Objective: There has been considerable attention brought to the detection and evaluation of concussive injuries across many different sports. The Kind-Devick (K-D) test has been utilized as a tool to screen for concussive injury in multiple sports including boxing, mixed martial arts (MMA), hockey, amateur rugby, and high school football. The aim of this study was to determine the effect of training or a brain “event” such as knock-outs (KO), chokes, near chokes, concussions or tap outs on brain function as assessed by the K-D test in adult mixed martial arts athletes.
Methods: Adult MMA athletes (n = 54, mean age 29.9 ± 6.9) underwent baseline K-D testing prior to and following a workout or sanctioned fight. Pre workout and pre fight K-D testing was administered prior to practice in the workout group and on the weigh-in day prior to a scheduled fight. Post-practice and post-fight K-D testing was administered immediately following practice or within 10 minutes of fight completion.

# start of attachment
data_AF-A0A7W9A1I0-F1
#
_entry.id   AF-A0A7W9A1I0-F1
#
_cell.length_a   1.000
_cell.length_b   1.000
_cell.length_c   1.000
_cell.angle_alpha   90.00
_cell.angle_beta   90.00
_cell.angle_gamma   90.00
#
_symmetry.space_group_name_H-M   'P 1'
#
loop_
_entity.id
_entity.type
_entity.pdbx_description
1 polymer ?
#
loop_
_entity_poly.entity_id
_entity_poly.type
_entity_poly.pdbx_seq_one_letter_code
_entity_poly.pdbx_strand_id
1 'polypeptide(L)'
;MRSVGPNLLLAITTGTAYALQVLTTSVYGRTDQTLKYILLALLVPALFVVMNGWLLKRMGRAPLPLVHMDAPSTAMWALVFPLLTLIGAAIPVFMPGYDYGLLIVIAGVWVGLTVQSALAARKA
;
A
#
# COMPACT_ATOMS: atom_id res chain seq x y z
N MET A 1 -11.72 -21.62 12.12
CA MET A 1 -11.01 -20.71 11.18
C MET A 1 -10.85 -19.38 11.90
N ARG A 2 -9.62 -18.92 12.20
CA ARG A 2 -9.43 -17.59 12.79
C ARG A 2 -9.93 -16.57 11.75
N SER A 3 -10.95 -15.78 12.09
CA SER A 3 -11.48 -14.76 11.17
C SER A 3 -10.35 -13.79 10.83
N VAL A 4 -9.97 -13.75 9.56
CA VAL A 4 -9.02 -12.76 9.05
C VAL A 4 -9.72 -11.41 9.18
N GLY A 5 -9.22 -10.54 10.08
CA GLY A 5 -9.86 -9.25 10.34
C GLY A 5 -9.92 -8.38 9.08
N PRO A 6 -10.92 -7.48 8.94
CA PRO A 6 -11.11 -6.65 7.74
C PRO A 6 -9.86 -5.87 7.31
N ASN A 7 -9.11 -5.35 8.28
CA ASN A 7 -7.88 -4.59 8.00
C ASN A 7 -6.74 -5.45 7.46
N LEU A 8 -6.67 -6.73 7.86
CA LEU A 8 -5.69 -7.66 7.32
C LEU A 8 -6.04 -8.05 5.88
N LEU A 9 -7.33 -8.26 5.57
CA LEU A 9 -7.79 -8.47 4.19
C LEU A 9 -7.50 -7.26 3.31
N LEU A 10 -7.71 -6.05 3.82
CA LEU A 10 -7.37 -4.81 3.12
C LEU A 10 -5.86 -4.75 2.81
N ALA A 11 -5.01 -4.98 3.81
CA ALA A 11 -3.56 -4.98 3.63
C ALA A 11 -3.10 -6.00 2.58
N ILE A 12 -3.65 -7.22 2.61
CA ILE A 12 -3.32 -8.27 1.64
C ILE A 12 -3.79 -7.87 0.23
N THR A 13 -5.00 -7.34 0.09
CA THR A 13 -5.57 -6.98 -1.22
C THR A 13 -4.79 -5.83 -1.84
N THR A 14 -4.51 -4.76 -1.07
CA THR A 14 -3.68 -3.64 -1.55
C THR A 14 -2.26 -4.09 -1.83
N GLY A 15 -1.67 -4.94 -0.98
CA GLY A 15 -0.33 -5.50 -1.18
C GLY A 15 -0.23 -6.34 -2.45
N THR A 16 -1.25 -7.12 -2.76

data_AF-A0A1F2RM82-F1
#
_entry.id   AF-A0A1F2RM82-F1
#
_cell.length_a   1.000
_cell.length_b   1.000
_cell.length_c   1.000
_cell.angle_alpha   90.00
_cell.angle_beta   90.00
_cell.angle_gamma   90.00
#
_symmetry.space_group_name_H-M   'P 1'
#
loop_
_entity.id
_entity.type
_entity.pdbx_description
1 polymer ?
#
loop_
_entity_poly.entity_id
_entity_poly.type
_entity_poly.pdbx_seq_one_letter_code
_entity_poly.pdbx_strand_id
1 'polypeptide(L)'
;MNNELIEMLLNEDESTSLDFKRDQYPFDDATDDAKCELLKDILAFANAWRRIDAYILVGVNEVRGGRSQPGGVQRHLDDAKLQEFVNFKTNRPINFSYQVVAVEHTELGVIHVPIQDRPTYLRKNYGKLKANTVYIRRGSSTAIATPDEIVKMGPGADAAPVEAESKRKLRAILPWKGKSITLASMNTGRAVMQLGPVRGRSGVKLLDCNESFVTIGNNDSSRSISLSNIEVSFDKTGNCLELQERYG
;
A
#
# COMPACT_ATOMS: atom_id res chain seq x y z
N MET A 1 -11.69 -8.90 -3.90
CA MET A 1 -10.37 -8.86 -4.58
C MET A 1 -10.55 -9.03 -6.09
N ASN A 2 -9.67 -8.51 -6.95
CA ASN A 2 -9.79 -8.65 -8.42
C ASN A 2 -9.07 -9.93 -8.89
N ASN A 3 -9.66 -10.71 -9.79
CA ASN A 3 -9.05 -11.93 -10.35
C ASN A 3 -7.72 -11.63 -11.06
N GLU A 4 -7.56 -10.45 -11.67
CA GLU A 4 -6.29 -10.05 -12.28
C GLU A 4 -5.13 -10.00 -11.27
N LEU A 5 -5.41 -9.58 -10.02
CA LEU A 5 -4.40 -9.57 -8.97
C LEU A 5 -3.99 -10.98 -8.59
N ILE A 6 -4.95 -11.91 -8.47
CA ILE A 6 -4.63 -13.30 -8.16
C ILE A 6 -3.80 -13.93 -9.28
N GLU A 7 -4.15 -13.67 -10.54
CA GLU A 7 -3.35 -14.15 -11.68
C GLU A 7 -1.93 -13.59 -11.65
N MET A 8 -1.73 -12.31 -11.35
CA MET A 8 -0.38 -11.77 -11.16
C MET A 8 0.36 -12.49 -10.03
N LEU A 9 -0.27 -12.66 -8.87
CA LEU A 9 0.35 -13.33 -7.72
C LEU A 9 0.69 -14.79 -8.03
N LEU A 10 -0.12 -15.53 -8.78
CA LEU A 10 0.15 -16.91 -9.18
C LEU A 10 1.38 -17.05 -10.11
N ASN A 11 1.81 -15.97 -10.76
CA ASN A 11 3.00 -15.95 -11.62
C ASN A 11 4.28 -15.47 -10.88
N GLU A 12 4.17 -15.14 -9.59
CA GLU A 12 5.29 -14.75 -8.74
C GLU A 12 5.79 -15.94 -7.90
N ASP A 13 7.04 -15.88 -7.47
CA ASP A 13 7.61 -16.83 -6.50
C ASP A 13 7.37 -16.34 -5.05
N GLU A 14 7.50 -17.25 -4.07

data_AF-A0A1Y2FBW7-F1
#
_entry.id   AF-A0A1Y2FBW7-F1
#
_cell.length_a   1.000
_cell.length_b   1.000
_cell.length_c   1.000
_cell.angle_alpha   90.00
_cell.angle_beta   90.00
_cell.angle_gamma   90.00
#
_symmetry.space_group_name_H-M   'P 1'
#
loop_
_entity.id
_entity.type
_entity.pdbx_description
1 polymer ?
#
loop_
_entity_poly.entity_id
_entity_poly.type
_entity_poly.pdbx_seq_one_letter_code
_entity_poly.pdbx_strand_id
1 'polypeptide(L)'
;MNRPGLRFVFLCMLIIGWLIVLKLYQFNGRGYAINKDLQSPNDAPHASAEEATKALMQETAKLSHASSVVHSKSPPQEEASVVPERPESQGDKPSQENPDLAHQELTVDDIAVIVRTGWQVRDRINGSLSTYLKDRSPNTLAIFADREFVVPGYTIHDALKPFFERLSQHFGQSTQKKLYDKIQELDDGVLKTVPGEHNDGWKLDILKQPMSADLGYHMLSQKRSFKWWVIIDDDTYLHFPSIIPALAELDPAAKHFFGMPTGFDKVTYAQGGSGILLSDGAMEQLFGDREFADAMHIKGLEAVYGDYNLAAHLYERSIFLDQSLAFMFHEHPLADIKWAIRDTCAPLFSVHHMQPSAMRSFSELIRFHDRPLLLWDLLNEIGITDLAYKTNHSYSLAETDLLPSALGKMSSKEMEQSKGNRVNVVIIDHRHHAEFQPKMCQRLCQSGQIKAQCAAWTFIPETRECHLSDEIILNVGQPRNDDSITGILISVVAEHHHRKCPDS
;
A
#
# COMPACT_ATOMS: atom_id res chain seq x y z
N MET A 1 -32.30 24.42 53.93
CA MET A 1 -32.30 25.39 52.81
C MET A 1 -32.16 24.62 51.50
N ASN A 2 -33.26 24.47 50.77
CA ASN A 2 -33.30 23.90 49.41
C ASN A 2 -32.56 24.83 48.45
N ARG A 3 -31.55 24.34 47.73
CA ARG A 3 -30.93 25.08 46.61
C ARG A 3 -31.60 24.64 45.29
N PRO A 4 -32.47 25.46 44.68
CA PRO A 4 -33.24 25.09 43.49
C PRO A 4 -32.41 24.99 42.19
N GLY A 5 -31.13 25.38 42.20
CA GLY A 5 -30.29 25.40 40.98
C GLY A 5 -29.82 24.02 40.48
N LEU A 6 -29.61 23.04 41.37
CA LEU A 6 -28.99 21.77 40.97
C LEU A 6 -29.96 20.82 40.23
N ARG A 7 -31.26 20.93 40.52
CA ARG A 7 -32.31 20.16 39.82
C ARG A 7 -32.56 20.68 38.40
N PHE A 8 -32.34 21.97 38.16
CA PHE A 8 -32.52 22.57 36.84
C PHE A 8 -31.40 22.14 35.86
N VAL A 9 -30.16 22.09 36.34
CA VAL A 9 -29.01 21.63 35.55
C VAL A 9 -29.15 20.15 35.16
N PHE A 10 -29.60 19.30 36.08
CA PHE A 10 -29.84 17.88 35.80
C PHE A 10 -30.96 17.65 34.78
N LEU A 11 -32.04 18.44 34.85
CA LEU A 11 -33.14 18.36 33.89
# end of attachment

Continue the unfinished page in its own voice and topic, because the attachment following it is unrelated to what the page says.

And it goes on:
Results: K-D tests worsened (longer duration) in athletes that had an “event” (N = 13) (44.8 ± 7.0 s vs 49.5 ± 8.2, median change -6.0 seconds, p = 0.0210, Wilcoxon signed rank test). K-D tests improved (shorter duration) following a standard workout or following a fight in which no “event” occurred (n = 48) (51.1 ± 11.7 s vs 44.5 ± 6.9 s, median change 4.73 seconds, p = <0.0001, Wilcoxon signed-rank).
Conclusion: Slowing (worsening) of the post-fight K-D test is a reliable method for identifying MMA fighters with significant injury due to a choke, near choke, KO, tap out or concussion. These injuries mimic concussive injury K-D test scores from other contact sports.
- K-D Test performance worsened in athletes with an event (choke, near choke, knock out, tap out or concussion).
- K-D Test performance improved after workout in the absence of any event.
- Slowing of post-fight K-D Test is a reliable method for identifying MMA fighters with significant injury due to choke, near choke, KO, tap out or concussion.